Purchase this article with an account.
Barbara Dosher, Wilson Chu, Jiajuan Liu, Zhong-Lin Lu; Perceptual learning of task mixtures. Journal of Vision 2012;12(9):767. doi: https://doi.org/10.1167/12.9.767.
Download citation file:
© ARVO (1962-2015); The Authors (2016-present)
Traditional perceptual learning has largely focused on learning of a particular stimulus and task. Understanding learning in more general contexts involving multiple stimuli and tasks requires us to study co-learning or interactions between learning of multiple stimuli. Several laboratories (i.e., Yu et al, 2004) report that mixing training – "roving" of stimuli – can disrupt or reduce learning. Perceptual learning in mixed stimulus conditions can be damaged unless tagged in an obvious way. In this experiment, we compare learning with several stimulus combinations intermixed over trials. Observers make orientation judgments (clockwise or counterclockwise) about sets of base angles (±12° about 22.5°, 67.5°, 112.5°, and 157.5°). Four intermixed base angles were each trained in one of four separate retinal locations; for intermixed pairs, each base angle condition was trained in two locations. A new integrated reweighting framework (Dosher et al., 2011) predicts that learning orientation identification in near base angles may interfere more with one another. So far as training stimuli are all mixed and learning happens within the same decision and reweighting structure, the demands of optimizing weights may interact. Orientation channels that weight towards CW for one reference angle may weight towards CCW for another adjacent reference angle. This predicts that roving two stimuli should lead to better learning for widely separated stimuli. The weights on orientation channels can be better optimized if more widely separated, i.e. for base angles 22.5° and112.5°. Our results support these predictions. Even when they occur in separate locations, orientation identification in widely separated base angles are learned far better than two near base angles, implying a role of location-independent representations in perceptual learning. These results also rule out the enhanced representation hypotheses, in which perceptual learning alters low-level representations in each location separately, and so predicts independent learning of each base angle.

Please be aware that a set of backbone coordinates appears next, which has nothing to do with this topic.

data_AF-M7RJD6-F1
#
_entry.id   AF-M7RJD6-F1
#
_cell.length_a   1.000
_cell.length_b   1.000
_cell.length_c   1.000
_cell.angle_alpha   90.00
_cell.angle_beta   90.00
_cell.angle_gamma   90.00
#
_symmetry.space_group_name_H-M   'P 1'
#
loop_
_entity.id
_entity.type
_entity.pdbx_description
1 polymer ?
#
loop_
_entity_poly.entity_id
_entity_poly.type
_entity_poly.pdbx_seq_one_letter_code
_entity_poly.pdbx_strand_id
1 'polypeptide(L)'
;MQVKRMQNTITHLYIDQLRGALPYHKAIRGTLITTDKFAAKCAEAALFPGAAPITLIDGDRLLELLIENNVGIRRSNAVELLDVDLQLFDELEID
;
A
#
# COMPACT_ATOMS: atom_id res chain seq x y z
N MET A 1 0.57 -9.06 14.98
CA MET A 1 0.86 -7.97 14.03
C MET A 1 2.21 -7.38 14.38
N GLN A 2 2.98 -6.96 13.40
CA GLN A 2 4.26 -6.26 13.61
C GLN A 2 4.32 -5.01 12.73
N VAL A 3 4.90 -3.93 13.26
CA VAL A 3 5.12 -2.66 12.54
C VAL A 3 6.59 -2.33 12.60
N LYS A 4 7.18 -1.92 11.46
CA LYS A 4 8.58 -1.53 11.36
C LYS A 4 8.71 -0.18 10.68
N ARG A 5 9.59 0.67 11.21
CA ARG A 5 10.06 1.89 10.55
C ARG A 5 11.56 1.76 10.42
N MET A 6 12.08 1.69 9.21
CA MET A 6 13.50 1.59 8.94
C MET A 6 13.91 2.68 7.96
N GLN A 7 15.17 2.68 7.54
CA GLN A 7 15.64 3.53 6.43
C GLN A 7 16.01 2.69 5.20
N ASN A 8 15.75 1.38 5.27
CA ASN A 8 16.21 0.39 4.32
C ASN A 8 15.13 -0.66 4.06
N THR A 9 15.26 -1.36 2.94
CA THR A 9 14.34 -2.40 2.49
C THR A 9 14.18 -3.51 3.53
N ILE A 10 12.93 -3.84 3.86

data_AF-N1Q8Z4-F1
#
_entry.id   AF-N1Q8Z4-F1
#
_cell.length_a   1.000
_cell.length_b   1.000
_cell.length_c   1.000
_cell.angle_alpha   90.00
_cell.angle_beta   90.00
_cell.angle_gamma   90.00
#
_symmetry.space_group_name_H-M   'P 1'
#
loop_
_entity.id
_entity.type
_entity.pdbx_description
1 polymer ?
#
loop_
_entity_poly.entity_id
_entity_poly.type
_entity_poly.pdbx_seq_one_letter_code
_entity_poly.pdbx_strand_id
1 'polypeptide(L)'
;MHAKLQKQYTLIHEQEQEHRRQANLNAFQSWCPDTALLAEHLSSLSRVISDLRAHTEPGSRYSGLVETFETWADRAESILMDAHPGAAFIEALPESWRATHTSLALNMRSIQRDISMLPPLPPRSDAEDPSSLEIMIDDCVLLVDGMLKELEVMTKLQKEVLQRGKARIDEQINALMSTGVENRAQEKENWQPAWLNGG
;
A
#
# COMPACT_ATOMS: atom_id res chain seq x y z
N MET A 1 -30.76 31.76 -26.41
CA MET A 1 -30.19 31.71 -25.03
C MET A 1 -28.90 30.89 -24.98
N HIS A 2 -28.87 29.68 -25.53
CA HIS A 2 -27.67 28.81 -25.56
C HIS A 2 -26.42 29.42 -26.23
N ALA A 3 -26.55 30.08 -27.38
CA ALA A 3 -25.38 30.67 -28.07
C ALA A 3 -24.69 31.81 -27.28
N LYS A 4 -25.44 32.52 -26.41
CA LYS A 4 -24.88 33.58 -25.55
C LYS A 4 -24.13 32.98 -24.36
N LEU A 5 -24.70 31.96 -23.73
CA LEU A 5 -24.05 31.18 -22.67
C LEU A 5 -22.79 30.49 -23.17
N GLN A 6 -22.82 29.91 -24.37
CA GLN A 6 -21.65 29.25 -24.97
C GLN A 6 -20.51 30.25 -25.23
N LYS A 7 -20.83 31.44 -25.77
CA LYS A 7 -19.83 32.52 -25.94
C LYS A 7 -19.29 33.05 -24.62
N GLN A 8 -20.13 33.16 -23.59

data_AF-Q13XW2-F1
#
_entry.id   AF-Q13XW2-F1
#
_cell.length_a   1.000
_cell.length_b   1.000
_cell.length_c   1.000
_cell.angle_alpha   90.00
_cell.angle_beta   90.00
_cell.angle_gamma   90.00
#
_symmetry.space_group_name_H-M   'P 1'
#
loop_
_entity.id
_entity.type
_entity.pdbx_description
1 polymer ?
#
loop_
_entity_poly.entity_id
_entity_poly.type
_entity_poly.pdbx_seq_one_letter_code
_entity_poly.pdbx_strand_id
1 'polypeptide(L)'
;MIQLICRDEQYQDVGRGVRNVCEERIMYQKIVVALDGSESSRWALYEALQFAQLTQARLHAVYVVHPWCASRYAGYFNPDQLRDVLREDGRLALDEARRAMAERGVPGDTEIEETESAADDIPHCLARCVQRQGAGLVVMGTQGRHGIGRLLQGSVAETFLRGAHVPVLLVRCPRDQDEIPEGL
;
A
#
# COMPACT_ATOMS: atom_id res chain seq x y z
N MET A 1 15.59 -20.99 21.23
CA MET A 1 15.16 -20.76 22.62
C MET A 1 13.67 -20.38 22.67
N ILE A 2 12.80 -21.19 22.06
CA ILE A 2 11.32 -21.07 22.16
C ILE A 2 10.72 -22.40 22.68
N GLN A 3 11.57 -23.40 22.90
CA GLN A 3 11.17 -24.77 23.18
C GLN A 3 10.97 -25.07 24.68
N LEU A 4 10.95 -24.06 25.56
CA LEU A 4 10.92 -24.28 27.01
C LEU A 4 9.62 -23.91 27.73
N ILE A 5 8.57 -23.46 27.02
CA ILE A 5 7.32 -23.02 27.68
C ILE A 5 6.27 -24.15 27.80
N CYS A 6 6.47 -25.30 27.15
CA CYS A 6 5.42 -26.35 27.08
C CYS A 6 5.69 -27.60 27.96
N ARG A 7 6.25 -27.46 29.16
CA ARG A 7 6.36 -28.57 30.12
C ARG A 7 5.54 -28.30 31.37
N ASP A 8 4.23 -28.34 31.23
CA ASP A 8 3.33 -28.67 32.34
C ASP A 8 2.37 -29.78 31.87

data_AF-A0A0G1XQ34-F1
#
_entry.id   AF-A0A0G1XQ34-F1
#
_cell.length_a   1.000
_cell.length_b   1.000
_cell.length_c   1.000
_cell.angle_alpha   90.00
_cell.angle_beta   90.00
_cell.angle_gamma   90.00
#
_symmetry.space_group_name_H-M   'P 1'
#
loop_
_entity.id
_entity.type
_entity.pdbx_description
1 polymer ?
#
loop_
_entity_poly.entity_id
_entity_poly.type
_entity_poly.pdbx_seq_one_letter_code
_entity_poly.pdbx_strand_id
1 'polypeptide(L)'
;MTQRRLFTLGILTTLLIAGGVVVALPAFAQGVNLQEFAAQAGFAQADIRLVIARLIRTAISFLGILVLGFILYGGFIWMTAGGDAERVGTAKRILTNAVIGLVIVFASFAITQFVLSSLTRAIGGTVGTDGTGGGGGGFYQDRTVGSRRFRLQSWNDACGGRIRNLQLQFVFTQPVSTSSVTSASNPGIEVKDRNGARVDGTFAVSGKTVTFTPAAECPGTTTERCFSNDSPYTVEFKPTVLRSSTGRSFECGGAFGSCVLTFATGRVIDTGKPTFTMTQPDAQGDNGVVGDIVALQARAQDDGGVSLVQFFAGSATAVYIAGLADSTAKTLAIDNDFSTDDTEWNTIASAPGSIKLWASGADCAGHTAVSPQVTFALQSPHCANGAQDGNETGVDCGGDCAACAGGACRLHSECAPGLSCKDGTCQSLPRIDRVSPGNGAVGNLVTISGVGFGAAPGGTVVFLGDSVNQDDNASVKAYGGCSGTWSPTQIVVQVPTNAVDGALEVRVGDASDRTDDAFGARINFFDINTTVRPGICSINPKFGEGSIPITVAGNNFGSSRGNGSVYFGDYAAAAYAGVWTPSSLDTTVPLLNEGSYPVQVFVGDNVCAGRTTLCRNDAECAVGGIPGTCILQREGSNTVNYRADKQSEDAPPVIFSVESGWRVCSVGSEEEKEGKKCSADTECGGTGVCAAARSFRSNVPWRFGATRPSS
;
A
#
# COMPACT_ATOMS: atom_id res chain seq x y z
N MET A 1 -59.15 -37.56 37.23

Meeting abstract presented at VSS 2012
This PDF is available to Subscribers Only